Neither of these situations are at all uncommon, and fortunately it’s really not all that difficult to relocate your i Tunes library to another hard drive or move it to a whole new computer once you understand the basics of how i Tunes manages your media content and the options available to you.
This tutorial is intended for both the average and slightly advanced i Tunes user and will provide the necessary information that you need to know about transferring your i Tunes library onto an external hard drive, a secondary internal hard drive, or a whole new computer.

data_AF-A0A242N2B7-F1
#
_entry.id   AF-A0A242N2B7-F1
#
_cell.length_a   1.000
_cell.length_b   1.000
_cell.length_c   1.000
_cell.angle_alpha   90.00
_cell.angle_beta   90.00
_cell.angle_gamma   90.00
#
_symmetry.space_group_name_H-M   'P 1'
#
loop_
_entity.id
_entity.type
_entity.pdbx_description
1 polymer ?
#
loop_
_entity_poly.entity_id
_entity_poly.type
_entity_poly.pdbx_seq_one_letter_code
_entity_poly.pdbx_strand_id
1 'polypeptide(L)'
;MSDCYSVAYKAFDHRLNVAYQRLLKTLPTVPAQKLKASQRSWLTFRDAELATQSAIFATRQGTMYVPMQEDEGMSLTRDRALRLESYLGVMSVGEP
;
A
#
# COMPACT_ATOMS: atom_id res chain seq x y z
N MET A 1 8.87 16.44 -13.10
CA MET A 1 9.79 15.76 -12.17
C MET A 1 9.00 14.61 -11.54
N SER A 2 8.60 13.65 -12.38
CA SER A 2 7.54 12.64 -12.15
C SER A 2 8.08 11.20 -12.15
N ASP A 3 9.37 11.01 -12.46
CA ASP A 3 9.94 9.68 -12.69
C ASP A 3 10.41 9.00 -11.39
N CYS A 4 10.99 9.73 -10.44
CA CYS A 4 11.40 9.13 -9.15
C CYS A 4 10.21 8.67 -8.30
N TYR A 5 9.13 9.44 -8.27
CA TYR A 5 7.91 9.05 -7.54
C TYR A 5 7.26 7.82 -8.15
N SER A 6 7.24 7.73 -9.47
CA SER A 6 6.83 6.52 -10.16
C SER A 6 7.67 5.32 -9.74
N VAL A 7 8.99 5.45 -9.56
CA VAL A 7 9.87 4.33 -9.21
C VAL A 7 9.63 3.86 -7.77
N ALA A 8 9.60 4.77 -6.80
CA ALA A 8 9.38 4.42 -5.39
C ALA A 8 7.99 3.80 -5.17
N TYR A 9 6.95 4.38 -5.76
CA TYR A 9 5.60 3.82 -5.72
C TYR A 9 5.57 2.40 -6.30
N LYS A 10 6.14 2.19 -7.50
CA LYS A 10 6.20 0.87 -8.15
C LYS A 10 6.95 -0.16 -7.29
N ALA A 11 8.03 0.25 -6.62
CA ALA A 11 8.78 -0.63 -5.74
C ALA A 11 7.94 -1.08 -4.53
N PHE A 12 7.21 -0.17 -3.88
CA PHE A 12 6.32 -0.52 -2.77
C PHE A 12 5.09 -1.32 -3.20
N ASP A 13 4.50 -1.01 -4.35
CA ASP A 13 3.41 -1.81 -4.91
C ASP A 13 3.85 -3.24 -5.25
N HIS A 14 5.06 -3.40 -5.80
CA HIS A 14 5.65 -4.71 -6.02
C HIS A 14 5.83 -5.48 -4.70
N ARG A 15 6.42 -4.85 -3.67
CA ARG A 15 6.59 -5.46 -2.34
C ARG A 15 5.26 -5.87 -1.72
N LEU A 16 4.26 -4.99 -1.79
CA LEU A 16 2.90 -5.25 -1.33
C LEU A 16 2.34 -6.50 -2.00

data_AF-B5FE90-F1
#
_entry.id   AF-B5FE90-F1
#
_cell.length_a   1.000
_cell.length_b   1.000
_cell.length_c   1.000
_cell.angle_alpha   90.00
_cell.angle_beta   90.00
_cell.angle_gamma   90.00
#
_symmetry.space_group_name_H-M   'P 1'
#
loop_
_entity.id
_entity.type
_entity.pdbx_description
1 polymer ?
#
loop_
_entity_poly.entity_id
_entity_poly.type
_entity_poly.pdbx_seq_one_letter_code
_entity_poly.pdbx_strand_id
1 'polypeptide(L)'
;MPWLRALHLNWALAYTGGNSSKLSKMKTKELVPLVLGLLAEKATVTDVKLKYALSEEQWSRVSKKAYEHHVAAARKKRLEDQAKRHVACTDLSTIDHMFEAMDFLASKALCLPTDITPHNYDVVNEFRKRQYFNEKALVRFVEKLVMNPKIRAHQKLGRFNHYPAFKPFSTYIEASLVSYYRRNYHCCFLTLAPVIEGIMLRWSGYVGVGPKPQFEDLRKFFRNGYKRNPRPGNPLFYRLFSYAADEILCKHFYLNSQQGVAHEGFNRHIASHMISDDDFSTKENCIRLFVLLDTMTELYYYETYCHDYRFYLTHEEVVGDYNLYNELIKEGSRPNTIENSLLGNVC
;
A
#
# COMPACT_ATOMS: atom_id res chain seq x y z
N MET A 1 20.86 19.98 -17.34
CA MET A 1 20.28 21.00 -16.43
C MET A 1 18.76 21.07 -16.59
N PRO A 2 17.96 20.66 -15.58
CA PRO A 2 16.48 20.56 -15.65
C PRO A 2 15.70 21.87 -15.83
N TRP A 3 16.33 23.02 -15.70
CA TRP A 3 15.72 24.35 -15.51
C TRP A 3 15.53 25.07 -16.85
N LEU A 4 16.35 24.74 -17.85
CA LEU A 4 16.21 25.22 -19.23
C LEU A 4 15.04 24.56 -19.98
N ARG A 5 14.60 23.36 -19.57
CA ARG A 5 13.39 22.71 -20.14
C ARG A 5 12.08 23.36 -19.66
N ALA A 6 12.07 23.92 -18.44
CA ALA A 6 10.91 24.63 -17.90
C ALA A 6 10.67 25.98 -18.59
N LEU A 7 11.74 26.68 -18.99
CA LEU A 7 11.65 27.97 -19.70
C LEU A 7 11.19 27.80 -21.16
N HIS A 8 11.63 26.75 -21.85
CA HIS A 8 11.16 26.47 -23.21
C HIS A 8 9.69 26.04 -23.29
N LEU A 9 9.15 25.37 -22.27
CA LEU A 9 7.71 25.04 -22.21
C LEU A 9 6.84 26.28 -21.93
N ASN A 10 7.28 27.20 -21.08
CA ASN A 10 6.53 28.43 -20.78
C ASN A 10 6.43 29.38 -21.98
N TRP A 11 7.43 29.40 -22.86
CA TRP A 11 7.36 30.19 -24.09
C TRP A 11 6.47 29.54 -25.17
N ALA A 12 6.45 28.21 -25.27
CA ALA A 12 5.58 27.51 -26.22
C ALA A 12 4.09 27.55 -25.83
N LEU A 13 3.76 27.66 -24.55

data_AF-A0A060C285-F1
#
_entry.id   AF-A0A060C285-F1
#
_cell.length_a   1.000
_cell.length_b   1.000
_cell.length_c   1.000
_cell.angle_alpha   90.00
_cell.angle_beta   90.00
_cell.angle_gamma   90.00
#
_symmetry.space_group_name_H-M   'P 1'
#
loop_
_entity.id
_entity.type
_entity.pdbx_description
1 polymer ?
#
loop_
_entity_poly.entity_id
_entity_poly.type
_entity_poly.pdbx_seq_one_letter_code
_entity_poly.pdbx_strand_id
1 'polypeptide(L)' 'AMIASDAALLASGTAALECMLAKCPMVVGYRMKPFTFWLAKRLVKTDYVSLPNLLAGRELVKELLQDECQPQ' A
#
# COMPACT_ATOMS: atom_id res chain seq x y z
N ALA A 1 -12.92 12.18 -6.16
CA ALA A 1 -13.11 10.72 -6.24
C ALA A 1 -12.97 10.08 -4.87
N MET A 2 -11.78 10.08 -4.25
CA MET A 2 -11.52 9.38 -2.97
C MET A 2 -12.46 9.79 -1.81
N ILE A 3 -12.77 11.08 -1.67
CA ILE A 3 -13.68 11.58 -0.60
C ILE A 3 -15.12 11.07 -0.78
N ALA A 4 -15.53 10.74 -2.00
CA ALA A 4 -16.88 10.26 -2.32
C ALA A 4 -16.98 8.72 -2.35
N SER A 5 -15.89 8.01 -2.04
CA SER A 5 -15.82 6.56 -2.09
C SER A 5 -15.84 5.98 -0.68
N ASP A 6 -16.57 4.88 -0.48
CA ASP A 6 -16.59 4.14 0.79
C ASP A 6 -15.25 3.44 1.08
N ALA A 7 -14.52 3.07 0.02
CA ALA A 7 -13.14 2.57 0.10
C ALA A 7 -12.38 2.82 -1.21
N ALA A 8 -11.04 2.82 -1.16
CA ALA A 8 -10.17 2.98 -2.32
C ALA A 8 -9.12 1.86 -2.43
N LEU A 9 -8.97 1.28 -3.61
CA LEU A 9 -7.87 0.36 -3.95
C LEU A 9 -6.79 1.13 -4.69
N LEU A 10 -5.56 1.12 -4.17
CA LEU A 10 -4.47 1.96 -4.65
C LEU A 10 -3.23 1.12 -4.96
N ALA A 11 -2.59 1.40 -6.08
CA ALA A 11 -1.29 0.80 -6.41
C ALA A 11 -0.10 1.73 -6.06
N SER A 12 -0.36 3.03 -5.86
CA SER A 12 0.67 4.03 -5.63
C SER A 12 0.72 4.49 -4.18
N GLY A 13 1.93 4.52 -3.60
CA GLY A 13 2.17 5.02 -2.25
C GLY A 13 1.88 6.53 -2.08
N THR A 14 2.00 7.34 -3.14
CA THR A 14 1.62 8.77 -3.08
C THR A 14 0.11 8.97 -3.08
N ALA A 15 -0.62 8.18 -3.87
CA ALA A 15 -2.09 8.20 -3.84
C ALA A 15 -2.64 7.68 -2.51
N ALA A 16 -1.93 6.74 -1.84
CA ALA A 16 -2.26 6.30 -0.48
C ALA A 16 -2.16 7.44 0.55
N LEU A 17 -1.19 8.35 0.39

This article will walk you through the process of consolidating Scratch Live libraries located on multiple drives into one insane-a-byte “mega drive”. Open your second drive and repeat the same process. Drop all of your music files and folders into the “Hide from SSL” folder. If you have music stored on your internal drive that you want to consolidate, repeat the same processes. Drop all of your music files and folders into the "Hide from SSL" folder. Connect your new “mega drive” and copy all your music files and folders into the new drive.Many i Tunes users start out with a basic i Tunes library and use the default settings to store all of their media content on their primary internal hard drive.However, as you add new content over time, particularly with the additional video content now supported by i Tunes, you may soon find that your library threatens to take over your computer.Again, much like the subcrates folder, this folder shouldn’t exist in the new _Serato_ just yet so you’ll need to make sure you move the folder as well. XML files) for custom mappings of Serato DJ hardware & third party devices, if you’ve mapped these on another computer you will need to copy these across to maintain your mapping files.In Final Cut Pro X, (version 10.1.2) you can now consolidate media to a folder that lives outside of the standard library package.